# crontab -e -u log ----------------------------- cut here ----------------------------- # run the collector once an hour 0 * * * * /home/log/bin/collect # clean the tmp directory once an hour 0 * * * * /home/log/bin/cleantmp ----------------------------- cut here -----------------------------

Wait until the next collect run and verify that the batches are properly collected.

Compare the collected log files with the contents of your old logging mechanism's log file on the web servers. Make sure every hit makes it into the collected log files for the day. You might want to run both logging mechanisms for several days to get a good feel that the system is working as expected.

7.7.6 Viewing Live Log Data

The log server programs provide additional tools for monitoring and summarizing live log data. On a traditional single web server environment, you can always tail the log file to see what's going on. This is no longer easy to do, because the logs are now written in small batches. (Of course, if you have multiple web servers, multiple tail processes would have to run on each web server.)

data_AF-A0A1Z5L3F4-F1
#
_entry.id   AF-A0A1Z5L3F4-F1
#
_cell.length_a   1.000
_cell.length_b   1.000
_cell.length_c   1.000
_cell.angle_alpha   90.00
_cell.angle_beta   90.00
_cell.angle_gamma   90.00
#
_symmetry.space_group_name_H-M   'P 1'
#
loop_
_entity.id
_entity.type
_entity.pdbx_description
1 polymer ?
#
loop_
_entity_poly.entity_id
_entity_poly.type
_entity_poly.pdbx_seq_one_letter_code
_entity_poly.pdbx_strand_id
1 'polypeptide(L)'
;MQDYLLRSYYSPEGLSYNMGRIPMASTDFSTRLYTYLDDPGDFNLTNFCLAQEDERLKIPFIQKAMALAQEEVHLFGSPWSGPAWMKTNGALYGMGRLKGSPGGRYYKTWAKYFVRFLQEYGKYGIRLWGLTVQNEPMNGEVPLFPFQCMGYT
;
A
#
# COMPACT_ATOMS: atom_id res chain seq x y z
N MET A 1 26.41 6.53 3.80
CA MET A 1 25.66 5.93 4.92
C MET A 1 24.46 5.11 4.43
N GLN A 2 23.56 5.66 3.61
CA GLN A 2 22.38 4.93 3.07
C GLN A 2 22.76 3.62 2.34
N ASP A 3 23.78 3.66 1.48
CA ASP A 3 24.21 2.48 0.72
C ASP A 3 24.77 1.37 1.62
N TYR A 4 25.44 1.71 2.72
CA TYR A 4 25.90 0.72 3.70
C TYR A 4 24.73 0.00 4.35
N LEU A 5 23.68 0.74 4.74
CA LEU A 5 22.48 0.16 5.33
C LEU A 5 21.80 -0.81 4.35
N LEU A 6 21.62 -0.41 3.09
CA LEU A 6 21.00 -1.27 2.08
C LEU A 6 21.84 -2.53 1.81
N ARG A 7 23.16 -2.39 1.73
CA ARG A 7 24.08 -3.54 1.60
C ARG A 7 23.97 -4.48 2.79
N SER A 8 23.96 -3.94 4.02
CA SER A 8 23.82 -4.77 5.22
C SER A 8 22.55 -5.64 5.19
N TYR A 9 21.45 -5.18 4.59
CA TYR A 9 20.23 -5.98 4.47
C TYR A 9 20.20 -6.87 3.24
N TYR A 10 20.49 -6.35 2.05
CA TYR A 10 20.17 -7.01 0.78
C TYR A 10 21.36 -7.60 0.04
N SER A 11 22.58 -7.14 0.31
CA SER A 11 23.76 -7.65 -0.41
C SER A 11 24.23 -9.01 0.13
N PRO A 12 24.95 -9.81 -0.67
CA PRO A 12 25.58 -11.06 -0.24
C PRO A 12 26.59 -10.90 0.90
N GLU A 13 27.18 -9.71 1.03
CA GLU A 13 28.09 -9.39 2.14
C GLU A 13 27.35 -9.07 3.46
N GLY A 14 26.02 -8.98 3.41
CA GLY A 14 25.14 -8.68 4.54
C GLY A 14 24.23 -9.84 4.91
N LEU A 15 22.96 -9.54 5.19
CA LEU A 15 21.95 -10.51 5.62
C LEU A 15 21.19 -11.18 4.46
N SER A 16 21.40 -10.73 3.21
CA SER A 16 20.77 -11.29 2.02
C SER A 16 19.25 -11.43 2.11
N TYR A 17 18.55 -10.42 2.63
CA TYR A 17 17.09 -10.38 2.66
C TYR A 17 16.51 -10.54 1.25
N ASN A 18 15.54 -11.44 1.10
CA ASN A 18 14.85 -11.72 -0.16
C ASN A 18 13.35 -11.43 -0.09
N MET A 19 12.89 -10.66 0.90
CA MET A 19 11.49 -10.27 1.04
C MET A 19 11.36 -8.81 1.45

The batcher process helps with this by multicasting the logs out to a multicast group. Use the logwatch tool on the log server to view the live log data:

% cd ~log/bin % ./logwatch <lines of log data spew out here>

On a high-volume web site, there is likely to be too much data to scan manually. logwatch accepts arguments to specify which type of log data you want to see. You can also specify a Perl regular expression to limit the output.

The meter script watches the log data on the multicast stream, in real time, and summarizes some information about the log data. It also stores information in an RRDTool (http://www.rrdtool.org/) database.

The mining directory contains a checklog script that produces a "top ten clients" and "top ten vhosts" report. Alternatively, you can feed the collected log files to your existing web server log processing tools.

7.7.7 See Also

  • The logproc web site (http://www.peterson.ath.cx/~jlp/software/logproc.tar.gz)

BSD Hacks
BSD Hacks
ISBN: 0596006799
EAN: 2147483647
Year: 2006
Pages: 160
Authors: Lavigne